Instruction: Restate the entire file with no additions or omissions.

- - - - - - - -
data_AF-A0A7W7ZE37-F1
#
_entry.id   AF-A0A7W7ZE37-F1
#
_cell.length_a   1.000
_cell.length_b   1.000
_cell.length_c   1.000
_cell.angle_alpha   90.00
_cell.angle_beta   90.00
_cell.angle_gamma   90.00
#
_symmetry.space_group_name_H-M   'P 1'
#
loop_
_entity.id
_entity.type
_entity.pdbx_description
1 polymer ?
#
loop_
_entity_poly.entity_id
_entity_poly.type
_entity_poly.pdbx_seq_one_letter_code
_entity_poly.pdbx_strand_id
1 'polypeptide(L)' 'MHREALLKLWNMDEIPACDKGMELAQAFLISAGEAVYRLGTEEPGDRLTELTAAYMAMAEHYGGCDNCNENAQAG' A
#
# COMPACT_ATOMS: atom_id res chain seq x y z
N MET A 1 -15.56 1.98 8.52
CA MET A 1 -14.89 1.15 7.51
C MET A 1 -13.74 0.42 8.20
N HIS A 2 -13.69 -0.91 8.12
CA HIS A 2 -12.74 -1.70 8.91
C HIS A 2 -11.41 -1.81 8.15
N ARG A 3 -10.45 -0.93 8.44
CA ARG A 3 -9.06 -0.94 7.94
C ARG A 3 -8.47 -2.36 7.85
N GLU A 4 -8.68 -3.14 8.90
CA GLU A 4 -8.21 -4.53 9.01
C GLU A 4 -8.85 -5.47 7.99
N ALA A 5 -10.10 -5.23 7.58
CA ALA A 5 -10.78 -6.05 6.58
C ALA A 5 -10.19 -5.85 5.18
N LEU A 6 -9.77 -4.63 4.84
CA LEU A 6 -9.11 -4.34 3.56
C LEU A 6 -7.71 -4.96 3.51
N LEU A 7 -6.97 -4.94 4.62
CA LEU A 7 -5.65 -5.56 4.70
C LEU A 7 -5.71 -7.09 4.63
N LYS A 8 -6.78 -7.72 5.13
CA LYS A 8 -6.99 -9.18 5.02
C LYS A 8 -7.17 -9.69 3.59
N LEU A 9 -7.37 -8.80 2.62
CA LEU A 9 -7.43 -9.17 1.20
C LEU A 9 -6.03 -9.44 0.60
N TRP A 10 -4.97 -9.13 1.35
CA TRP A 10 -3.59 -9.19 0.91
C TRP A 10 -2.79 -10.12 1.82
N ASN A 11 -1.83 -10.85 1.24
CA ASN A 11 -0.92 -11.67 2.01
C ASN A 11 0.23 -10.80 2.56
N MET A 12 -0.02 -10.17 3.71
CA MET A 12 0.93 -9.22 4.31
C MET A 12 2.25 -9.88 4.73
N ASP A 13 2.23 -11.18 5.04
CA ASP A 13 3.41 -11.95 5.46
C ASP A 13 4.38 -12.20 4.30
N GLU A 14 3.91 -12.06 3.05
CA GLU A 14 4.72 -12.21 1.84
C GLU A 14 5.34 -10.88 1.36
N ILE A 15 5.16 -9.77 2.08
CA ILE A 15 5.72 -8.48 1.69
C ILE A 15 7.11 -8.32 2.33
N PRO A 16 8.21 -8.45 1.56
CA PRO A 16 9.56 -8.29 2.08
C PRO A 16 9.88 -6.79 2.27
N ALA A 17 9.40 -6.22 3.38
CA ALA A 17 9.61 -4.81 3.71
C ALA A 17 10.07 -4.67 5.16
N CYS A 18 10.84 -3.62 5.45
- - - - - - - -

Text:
data_AF-A0A7W7ZE37-F1
#
_entry.id   AF-A0A7W7ZE37-F1
#
_cell.length_a   1.000
_cell.length_b   1.000
_cell.length_c   1.000
_cell.angle_alpha   90.00
_cell.angle_beta   90.00
_cell.angle_gamma   90.00
#
_symmetry.space_group_name_H-M   'P 1'
#
loop_
_entity.id
_entity.type
_entity.pdbx_description
1 polymer ?
#
loop_
_entity_poly.entity_id
_entity_poly.type
_entity_poly.pdbx_seq_one_letter_code
_entity_poly.pdbx_strand_id
1 'polypeptide(L)' 'MHREALLKLWNMDEIPACDKGMELAQAFLISAGEAVYRLGTEEPGDRLTELTAAYMAMAEHYGGCDNCNENAQAG' A
#
# COMPACT_ATOMS: atom_id res chain seq x y z
N MET A 1 -15.56 1.98 8.52
CA MET A 1 -14.89 1.15 7.51
C MET A 1 -13.74 0.42 8.20
N HIS A 2 -13.69 -0.91 8.12
CA HIS A 2 -12.74 -1.70 8.91
C HIS A 2 -11.41 -1.81 8.15
N ARG A 3 -10.45 -0.93 8.44
CA ARG A 3 -9.06 -0.94 7.94
C ARG A 3 -8.47 -2.36 7.85
N GLU A 4 -8.68 -3.14 8.90
CA GLU A 4 -8.21 -4.53 9.01
C GLU A 4 -8.85 -5.47 7.99
N ALA A 5 -10.10 -5.23 7.58
CA ALA A 5 -10.78 -6.05 6.58
C ALA A 5 -10.19 -5.85 5.18
N LEU A 6 -9.77 -4.63 4.84
CA LEU A 6 -9.11 -4.34 3.56
C LEU A 6 -7.71 -4.96 3.51
N LEU A 7 -6.97 -4.94 4.62
CA LEU A 7 -5.65 -5.56 4.70
C LEU A 7 -5.71 -7.09 4.63
N LYS A 8 -6.78 -7.72 5.13
CA LYS A 8 -6.99 -9.18 5.02
C LYS A 8 -7.17 -9.69 3.59
N LEU A 9 -7.37 -8.80 2.62
CA LEU A 9 -7.43 -9.17 1.20
C LEU A 9 -6.03 -9.44 0.60
N TRP A 10 -4.97 -9.13 1.35
CA TRP A 10 -3.59 -9.19 0.91
C TRP A 10 -2.79 -10.12 1.82
N ASN A 11 -1.83 -10.85 1.24
CA ASN A 11 -0.92 -11.67 2.01
C ASN A 11 0.23 -10.80 2.56
N MET A 12 -0.02 -10.17 3.71
CA MET A 12 0.93 -9.22 4.31
C MET A 12 2.25 -9.88 4.73
N ASP A 13 2.23 -11.18 5.04
CA ASP A 13 3.41 -11.95 5.46
C ASP A 13 4.38 -12.20 4.30
N GLU A 14 3.91 -12.06 3.05
CA GLU A 14 4.72 -12.21 1.84
C GLU A 14 5.34 -10.88 1.36
N ILE A 15 5.16 -9.77 2.08
CA ILE A 15 5.72 -8.48 1.69
C ILE A 15 7.11 -8.32 2.33
N PRO A 16 8.21 -8.45 1.56
CA PRO A 16 9.56 -8.29 2.08
C PRO A 16 9.88 -6.79 2.27
N ALA A 17 9.40 -6.22 3.38
CA ALA A 17 9.61 -4.81 3.71
C ALA A 17 10.07 -4.67 5.16
N CYS A 18 10.84 -3.62 5.45